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When documenting babies or children, whether they are crawling or walking, they are often quick and completely unpredictable. Your framing of them can change in an instant and so many things can go awry within the quick click of a shutter. Perhaps your lights didn’t trigger, your settings were off, or your bounce was horribly placed. Yes, sometimes we end up with a horribly underexposed photo.
It happens to all of us, even the pros. Don’t fret. There is a light at the end of this underexposed tunnel. As long as your hand was steady and the subject is in clear focus, an underexposed baby image can be saved through the magic of Lightroom. Here are ten steps on how…
It’s that simple. The first step is always to shoot RAW. It gives you more options and a larger spectrum to work with. Lightroom can be an extremely powerful tool when working with RAW images. Do they take up more room? Yes, they absolutely do but with bigger images, comes greater control.
Exposure is the best place to start in Lightroom. How much you increase the exposure is going to depend on just how underexposed your image originally was. Keep an eye on the brighter tones as you adjust and stop increasing your exposure once you lose sight of important details such as lines, textures, and color. For this baby portrait, which was incredibly underexposed, we went all the way up to +160.
Next, bump up your clarity. We went to +40 for this portrait. It will appear dramatic at first but since our next step after this is a shadow adjustment, try not to worry too much. You can always come back and adjust as needed. In fact, feel free to dance between the next few steps (2-5) until you find the perfect combination for your eye and style.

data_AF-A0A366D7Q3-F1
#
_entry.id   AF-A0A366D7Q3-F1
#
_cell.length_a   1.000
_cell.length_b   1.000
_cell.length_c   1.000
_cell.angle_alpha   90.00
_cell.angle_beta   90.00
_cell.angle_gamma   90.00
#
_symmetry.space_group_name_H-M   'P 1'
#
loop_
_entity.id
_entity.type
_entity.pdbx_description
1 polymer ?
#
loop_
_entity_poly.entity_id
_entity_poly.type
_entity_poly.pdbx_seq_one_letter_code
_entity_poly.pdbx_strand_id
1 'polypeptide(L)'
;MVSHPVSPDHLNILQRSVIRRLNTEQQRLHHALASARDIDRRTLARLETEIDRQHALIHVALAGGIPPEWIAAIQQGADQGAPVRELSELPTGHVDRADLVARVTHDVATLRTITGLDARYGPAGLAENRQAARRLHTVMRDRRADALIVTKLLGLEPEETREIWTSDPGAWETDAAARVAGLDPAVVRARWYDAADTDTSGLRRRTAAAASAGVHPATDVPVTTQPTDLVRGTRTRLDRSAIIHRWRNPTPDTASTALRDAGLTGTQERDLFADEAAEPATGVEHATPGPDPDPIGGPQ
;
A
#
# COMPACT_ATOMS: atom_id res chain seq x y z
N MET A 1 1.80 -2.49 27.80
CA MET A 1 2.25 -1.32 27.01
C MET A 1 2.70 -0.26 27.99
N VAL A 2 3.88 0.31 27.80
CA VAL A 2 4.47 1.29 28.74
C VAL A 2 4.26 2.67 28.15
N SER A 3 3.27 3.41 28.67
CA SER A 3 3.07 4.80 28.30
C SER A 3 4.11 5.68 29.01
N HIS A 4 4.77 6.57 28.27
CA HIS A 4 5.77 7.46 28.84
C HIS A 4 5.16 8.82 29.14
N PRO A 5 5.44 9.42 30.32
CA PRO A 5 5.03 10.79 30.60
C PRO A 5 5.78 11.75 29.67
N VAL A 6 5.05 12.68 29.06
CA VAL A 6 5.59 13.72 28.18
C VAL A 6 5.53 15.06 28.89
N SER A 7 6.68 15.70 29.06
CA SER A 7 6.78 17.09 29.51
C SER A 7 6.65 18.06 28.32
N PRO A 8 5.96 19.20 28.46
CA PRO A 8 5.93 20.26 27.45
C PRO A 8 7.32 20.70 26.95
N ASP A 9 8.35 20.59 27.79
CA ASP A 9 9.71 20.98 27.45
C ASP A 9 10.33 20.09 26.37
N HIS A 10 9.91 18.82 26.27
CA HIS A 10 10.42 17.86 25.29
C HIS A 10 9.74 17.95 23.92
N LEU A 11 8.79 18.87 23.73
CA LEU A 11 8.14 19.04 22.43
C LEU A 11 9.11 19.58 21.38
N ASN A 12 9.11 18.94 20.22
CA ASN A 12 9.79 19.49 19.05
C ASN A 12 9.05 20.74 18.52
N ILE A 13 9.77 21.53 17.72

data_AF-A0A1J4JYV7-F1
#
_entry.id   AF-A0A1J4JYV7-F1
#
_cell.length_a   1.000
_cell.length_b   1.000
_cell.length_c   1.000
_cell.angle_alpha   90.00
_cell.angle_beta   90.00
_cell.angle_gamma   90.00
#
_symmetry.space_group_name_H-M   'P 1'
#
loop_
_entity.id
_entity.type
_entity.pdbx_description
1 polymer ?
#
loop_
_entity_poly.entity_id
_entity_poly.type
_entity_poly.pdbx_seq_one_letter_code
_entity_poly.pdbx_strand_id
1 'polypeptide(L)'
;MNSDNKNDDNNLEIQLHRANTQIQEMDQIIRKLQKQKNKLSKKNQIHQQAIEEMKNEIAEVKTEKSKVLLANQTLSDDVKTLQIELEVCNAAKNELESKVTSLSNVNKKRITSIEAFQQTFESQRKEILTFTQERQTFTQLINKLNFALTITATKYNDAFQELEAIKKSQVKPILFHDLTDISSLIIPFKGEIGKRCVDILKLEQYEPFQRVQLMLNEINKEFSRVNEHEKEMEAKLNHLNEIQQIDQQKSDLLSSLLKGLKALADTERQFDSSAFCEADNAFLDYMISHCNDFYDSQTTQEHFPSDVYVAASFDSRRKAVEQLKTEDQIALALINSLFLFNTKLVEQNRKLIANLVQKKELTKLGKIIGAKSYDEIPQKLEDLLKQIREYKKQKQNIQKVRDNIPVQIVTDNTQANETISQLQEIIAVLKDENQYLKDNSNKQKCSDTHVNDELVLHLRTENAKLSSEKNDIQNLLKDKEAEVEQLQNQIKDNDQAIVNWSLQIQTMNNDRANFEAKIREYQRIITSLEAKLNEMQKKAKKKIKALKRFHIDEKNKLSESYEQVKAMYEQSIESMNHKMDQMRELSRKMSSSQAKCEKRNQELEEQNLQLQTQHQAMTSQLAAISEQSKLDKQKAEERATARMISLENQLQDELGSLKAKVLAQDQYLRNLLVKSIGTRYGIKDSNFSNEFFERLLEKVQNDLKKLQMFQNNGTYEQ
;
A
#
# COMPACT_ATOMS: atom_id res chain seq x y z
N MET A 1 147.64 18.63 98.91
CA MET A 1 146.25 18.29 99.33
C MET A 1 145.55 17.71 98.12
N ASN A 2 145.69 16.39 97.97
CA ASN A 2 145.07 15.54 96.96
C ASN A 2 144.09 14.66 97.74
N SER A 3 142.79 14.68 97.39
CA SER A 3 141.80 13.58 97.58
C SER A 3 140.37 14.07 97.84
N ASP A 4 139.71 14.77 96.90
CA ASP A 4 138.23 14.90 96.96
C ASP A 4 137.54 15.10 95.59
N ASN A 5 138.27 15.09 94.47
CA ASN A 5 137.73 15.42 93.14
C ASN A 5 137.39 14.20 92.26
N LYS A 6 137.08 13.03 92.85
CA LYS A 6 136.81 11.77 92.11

Lower light settings often bring deeper and darker shadows and in order to create a balance to the clarity we’ve just set, the shadows will need to be filled. For this portrait, we filled our shadows with a +85.
If filling in the shadows doesn’t solve your problem completely, try adjusting your blacks slightly. In this portrait, we were very subtle with the blacks, only taking them down to -10. Our advice? Experiment with the different settings. Go dramatic at first and then once you have a good read on how and where it will change the lighting in your portrait, you can then take baby steps (pun intended) with the final look.
Use the same approach with the whites as you did with the blacks. In the end, adjust the whites subtly until you get that small pop of contrast between the image’s brightest whites and its darker tones. We increased our whites to +15.
For baby portraits, it’s always a good idea to bring your white balance over to the warmer side by increasing the yellows and perhaps the magentas. If your portrait was documented initially with a warmer filter or beneath a set of warm lights then you may need to adjust to a cooler temperature. Adjust according to your eye. In the end, portraits are best with a bit more warmth to the skin. Warmer skin tones bring friendlier expressions and an immediate sense of familiarity with the subject. Here we used a temp value of 5600 for blue to yellow and 0 for the tint value; Green to Magenta.